Right now it’s quite popular to be “anti-cop.” Then again, that should be expected. All the media ever reports about are the bad things that corrupt police officers do while ignoring the fact that the vast majority of law enforcement officials perform their duties how they’re supposed to. Not only that, but a lot of the “internet media” is highly dependent upon page views to generate revenue. (Side note: to be fair, Forward Progressives hosts advertising as well.) The problem is, many less than ethical websites have realized that they can exploit this anti-cop sentiment by sensationalizing any story (or non-story) that’s even remotely related to a police officer.
But while I’ve seen plenty of “this is why cops are horrible” stories, and plenty of blame being tossed around as to why, I’ve seen far fewer people actually offering some kind of solutions for these problems.
And while some of these issues run deep (especially when it comes to racial tension), many of them can be solved by taking a few simple steps.
So I thought I’d list five simple steps I think we should take as a society to try to help eliminate some of these problems. These obviously aren’t going to fix all of the problems we have, but I believe they’re a good start.
1. Body Cameras/Dash Cams: This should be a given. Imagine how many questions some people still have about the Mike Brown shooting in Ferguson that could have been answered had Darren Wilson been wearing a camera and his squad car been equipped with a dash cam. Though I still know that when it comes to video evidence, some people will see what they want to see regardless of what the video shows. But this would at least help eliminate much of the “our word vs. theirs” that’s present in a lot of these questionable interactions.
2. Third-party investigators overseeing all accusations of police brutality and every cop-related shooting: I’m not anti-cop (I understand it’s a hard job and most aren’t crooked) but I really don’t trust anyone, or any group, to police themselves. That’s just too much of a conflict of interest.
3. Better community involvement: I think this is one of the issues that’s often overlooked. “Back in the day” police officers were ingrained in the communities they patrolled. They knew the people and the people knew them. Now there’s much less of that – although to be fair it’s still out there, just hardly ever publicized. The best way to build trust among a community and the police officers patrolling it is by making sure that the people of that community know these officers better. Not only would more extensive outreach programs help police officers better understand the cultures and communities of those they’re supposed to be “serving and protecting,” but they would help build trust among residents of these communities that those officers are there to help, not harm.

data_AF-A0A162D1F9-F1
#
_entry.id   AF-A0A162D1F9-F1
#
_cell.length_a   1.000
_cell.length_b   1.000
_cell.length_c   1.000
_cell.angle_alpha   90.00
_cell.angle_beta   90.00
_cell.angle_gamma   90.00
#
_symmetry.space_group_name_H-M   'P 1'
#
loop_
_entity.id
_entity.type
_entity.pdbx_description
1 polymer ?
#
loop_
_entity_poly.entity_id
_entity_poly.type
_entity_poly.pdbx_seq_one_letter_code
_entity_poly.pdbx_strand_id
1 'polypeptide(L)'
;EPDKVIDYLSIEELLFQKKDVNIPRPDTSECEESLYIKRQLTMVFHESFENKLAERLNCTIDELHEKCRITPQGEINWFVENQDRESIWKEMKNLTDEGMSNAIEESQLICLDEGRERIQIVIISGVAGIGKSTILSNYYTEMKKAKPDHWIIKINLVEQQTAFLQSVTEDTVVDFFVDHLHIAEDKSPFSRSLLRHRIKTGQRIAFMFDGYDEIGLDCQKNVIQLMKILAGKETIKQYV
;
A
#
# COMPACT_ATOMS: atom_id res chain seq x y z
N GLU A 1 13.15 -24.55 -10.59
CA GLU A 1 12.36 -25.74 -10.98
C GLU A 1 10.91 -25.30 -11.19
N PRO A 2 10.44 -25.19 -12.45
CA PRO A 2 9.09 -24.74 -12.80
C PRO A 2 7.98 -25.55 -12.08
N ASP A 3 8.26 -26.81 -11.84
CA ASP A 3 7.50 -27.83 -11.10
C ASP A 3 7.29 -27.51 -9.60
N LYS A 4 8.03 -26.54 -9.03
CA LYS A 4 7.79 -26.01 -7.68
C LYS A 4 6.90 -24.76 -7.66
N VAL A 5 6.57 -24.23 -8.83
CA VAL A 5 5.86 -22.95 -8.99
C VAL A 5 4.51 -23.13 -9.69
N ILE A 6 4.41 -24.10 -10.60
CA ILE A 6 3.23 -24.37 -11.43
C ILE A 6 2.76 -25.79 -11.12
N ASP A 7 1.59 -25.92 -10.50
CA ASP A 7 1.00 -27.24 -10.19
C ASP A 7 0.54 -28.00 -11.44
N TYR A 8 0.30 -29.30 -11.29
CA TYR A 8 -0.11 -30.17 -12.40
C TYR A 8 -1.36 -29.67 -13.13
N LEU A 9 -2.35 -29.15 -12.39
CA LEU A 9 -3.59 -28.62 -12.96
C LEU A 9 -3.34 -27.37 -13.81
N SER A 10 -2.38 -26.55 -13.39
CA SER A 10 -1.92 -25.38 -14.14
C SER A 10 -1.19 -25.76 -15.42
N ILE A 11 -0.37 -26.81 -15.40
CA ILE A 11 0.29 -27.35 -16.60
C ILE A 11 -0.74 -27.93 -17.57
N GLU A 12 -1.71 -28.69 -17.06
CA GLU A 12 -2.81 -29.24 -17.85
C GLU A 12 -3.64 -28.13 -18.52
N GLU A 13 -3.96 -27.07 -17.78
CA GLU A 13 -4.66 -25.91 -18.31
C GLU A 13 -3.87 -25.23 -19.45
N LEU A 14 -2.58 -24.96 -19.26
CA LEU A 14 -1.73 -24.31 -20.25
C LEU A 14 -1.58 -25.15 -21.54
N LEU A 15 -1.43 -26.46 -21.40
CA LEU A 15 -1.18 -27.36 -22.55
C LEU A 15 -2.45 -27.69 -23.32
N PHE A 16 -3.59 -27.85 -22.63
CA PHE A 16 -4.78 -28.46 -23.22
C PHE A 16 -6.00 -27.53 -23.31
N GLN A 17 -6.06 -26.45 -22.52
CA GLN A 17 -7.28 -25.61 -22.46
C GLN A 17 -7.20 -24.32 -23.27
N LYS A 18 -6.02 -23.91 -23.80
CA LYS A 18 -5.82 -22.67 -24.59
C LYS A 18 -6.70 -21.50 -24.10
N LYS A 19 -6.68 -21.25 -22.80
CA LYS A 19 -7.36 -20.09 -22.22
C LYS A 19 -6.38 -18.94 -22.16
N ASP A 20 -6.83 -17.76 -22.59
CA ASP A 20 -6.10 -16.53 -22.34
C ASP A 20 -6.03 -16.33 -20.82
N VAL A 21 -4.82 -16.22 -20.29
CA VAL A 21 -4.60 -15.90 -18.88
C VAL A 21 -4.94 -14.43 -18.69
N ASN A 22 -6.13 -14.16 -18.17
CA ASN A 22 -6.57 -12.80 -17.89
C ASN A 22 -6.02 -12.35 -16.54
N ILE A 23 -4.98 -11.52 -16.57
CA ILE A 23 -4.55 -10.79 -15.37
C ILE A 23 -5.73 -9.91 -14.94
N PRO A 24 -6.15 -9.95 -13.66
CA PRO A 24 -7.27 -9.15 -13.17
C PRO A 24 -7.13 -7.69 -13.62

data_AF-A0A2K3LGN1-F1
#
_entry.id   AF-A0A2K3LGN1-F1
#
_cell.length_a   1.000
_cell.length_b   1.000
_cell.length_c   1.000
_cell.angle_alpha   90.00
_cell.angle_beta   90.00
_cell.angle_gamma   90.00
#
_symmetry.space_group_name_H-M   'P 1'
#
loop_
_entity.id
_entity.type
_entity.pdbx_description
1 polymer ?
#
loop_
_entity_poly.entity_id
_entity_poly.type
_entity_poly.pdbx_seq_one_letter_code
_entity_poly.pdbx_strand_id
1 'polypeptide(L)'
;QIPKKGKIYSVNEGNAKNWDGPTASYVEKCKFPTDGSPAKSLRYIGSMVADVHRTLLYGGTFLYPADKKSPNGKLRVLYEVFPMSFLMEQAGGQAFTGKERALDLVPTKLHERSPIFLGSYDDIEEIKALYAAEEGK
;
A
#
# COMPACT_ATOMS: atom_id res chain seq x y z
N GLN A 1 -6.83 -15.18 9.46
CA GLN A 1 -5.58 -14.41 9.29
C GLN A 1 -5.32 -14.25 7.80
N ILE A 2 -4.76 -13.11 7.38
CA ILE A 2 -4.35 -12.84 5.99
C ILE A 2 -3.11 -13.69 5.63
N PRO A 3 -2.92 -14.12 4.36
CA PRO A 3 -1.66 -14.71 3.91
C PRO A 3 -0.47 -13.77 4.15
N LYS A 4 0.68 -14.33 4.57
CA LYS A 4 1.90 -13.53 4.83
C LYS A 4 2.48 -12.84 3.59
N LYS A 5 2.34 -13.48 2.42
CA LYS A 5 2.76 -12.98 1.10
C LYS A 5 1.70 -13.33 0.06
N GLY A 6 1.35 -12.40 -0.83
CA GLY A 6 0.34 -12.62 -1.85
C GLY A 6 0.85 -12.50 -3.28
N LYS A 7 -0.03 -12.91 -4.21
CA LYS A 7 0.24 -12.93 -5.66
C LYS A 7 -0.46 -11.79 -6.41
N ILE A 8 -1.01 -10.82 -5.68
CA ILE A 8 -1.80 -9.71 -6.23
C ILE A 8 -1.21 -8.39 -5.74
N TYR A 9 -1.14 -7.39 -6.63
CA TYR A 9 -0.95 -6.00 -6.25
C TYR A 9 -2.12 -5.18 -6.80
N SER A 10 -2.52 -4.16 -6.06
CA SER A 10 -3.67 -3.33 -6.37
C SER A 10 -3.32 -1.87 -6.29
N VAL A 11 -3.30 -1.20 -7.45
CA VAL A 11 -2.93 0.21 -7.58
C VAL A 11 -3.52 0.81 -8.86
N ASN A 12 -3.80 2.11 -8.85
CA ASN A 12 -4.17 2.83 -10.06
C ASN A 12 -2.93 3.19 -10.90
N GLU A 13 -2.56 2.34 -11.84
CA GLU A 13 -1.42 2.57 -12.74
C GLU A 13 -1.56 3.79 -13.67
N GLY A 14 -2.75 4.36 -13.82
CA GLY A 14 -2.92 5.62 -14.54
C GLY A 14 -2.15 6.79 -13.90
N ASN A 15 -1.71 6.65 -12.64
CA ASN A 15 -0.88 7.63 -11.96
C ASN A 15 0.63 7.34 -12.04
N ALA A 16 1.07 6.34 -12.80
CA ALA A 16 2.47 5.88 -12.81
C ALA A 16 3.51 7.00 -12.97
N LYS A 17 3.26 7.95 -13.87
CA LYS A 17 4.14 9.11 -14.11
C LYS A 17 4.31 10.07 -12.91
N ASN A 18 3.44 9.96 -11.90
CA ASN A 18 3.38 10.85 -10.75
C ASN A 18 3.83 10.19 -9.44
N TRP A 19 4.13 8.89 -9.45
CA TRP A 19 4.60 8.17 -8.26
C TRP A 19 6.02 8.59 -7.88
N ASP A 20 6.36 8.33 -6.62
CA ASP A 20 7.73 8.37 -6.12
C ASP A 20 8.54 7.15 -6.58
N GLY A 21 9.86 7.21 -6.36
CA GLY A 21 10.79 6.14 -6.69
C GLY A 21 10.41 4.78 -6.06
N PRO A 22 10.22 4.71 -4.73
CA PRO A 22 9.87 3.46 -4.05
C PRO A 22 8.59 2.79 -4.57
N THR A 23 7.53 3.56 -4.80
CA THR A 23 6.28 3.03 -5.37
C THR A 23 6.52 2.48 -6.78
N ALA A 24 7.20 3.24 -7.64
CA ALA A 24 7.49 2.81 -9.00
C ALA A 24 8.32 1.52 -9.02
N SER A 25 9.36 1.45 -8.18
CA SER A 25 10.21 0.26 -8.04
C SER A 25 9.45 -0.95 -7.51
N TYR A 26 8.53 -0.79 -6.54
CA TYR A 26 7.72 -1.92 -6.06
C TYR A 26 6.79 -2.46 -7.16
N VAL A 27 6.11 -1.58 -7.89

4. Get rid of problem officers: I understand being a police officer isn’t easy, and sometimes finding people to do the job isn’t easy, but there’s absolutely no reason to keep violent or unethical officers on staff. A hiccup here and there isn’t a big deal. But if they have a “history” of questionable violence and even possible unlawful citations, they need to go. Police officers are supposed to be there to uphold our laws, not break them whenever they feel like it. Those officers who feel like they’re above the law don’t need to be serving it.
5. Pay them more: Depending on what source you use, the average salary of a police officer is somewhere between $45,000-55,000 per year. Not terrible money, but nothing to really brag about. I feel about this the same way I do about teachers, fire fighters and anyone who works in a job that’s vital to our society. If you want the best of the best working in these positions, you have to offer a salary that’s going to bring in the best talent. And that’s just true for any job. If a job pays well, it often draws in more applicants. More applicants then means you can be far more selective about who you hire to do that job. And when you can be more selective about who you hire, you often ensure that you’re getting the best of the best to perform that job. Now I’m not saying that everyone is solely motivated by money, but it’s undeniable that money is a big factor for many when choosing a career. Imagine college students rushing to get degrees in Criminal Justice because they know upon graduation they could start out making around $50,000 per year and after just a few years if they do well it’s not unheard of for them to be making over six-figures. Money should not be the sole motivator in career choice, but it certainly plays a huge factor.
Now, will these fix all of the issues we’re seeing among police officers in our communities? Of course not. But I think these five steps could go a long way into drastically reducing a lot of them.